It’s often claimed that there’s no such thing as a free lunch, but still – espcially and increasingly in this digital age – we are daily using en masse products and services that we consider to be free. Or at least where we don’t have to part with some of our dearly beloved money in exchange for the right to use those products or services. Some examples from the digital world include social media, like Facebook and Twitter; e-mail services, like Gmail or Hotmail (yes, I know, the consumer version is also called Outlook now, but everyone still refers to it as Hotmail); free antivirus; free search engines, like Bing or of course Google; free return shipments for online orders; free wifi in hotels, bars, etc.
In some of these cases, like the free wifi, the reality is quite straightforward: the cost associated with this for the company offering the service is simply calculated into the price of the products and services (in the case of the hotel it’s definitely included in the price of the room). Which obviously also implies that you better make full use of the ‘free’ product as you ARE actually paying for it! (To make things more complicated: that last statement should be treated as a general rule, with free wifi being an exception to the rule, as it might in the end cost you loads of money, but that’s a different topic – you can read all about it here).
But in a lot of cases, like Facebook, Google or free antivirus, you never seem to have to pay for anything, so the costs to the product provider can’t possibly be calculated into the price. You often hear that you pay with your data and your privacy, which is true to some extent of course, but there is another, bigger scheme being deployed. Those free products and services are offered by companies and companies have to make a profit if they want to survive (not necessarily profit maximalized at the expense of everything else, but that’s another discussion). Like most of us, the people working for those companies really appreciate a money transfer from their employer into their bank account each month. Which means that in the end those companies have to make money by selling something to someone, and since they are not charging you for the use of their products (that often cost a fortune to develop and maintain), it’s actually YOU they are selling: by seducing you and millions of others into using their products, they build up a big user base and/or audience which they can then sell to other companies as a target group for advertising.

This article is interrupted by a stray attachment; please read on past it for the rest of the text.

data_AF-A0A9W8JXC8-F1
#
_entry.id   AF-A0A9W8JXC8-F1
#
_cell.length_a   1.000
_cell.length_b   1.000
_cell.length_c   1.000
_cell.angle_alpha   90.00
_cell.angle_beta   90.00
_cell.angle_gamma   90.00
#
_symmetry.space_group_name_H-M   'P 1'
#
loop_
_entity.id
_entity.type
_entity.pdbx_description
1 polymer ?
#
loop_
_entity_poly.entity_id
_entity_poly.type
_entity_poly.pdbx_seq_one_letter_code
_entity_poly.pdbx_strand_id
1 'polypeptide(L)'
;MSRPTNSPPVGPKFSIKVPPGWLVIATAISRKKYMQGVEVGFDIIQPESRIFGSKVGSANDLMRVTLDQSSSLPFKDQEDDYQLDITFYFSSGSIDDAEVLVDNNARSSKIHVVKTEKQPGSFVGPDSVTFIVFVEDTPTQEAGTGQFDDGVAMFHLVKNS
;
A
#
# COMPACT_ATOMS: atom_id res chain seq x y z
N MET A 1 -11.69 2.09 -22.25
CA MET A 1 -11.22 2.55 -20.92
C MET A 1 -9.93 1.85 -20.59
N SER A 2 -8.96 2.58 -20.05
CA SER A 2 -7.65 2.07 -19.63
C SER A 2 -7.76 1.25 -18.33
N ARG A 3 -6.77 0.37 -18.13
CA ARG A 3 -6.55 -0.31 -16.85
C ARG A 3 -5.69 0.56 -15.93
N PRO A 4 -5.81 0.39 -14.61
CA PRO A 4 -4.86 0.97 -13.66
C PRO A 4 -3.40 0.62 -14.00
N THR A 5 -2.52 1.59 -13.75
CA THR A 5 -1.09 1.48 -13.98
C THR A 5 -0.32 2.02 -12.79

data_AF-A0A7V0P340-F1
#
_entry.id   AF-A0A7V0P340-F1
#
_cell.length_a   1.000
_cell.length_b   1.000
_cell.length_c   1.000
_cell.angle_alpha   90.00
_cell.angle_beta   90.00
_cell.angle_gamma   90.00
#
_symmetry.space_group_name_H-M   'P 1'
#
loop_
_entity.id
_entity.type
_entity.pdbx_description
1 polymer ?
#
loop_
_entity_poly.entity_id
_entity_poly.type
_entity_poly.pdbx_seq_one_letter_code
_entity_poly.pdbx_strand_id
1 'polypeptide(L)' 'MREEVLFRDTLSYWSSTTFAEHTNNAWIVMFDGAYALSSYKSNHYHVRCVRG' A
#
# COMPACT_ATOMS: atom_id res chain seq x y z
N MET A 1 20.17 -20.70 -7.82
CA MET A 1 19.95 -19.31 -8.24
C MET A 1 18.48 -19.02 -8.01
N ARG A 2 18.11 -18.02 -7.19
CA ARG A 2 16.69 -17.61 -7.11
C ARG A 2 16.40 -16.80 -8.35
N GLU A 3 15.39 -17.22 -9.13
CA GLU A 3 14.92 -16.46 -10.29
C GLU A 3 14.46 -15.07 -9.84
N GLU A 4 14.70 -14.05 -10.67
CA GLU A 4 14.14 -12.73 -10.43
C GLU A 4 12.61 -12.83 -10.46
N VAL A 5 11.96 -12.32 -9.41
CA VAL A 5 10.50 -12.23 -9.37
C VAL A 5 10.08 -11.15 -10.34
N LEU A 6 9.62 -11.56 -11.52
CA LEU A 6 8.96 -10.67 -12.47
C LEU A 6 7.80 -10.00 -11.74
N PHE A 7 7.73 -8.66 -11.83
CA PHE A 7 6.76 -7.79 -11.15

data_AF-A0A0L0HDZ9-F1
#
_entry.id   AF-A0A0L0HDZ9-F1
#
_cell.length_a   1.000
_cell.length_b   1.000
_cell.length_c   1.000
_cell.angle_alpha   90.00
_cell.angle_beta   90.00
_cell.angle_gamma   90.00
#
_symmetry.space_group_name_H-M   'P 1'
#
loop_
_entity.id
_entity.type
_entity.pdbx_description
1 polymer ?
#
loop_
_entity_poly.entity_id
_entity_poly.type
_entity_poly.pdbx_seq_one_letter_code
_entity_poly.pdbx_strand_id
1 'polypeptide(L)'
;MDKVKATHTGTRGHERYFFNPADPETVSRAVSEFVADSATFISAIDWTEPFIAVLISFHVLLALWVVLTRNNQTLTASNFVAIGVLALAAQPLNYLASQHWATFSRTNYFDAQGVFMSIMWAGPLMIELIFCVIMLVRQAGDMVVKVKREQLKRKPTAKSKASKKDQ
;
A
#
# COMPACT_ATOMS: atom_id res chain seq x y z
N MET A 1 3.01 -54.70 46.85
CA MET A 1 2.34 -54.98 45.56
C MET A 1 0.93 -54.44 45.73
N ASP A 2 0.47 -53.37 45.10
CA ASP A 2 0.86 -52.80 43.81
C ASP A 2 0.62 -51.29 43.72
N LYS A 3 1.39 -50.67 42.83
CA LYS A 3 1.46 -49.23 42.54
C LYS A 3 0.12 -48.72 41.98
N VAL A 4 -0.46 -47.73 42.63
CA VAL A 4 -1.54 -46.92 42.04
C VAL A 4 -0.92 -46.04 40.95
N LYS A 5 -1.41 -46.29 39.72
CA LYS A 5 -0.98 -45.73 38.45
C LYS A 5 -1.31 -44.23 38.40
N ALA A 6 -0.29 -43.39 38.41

*For the marketing savvy in the audience: I know you know already, but I’m always shocked to notice that most people don’t seem to realize this at all.
Great post. It really highlights that there are no “real free lunches”. I’m wondering whether you are going to sell us to advertisers as well.
WordPress (the tool used to create this blog) is also a ‘free’ product (at least the version I am using) and part of the deal there is that WordPress might include some ads in the posts when they are shown to readers like you. Which means at some point someone might indeed be making some money off your attention (although it’s not me).
I can understand that. My question is how are you making money out of you “free” blog?
I’m not – pure egotripping 🙂
I wouldn’t have believed this answer after reading this post were I not doing the same as you 😉
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